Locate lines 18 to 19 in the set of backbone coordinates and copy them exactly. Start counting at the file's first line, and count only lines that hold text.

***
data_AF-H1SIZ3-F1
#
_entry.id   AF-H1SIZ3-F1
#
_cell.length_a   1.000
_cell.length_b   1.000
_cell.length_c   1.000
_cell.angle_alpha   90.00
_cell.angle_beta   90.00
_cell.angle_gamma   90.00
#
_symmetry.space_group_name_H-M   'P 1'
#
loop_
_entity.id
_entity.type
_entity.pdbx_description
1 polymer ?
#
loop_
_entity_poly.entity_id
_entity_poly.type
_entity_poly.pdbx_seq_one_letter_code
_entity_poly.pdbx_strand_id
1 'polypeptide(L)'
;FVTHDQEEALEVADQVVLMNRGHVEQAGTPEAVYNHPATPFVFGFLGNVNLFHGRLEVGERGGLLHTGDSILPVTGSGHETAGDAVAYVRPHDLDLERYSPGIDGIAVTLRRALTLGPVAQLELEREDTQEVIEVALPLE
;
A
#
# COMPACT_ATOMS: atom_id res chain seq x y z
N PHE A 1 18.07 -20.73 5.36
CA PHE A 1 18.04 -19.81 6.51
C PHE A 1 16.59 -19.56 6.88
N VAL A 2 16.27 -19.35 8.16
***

1 polymer ?
#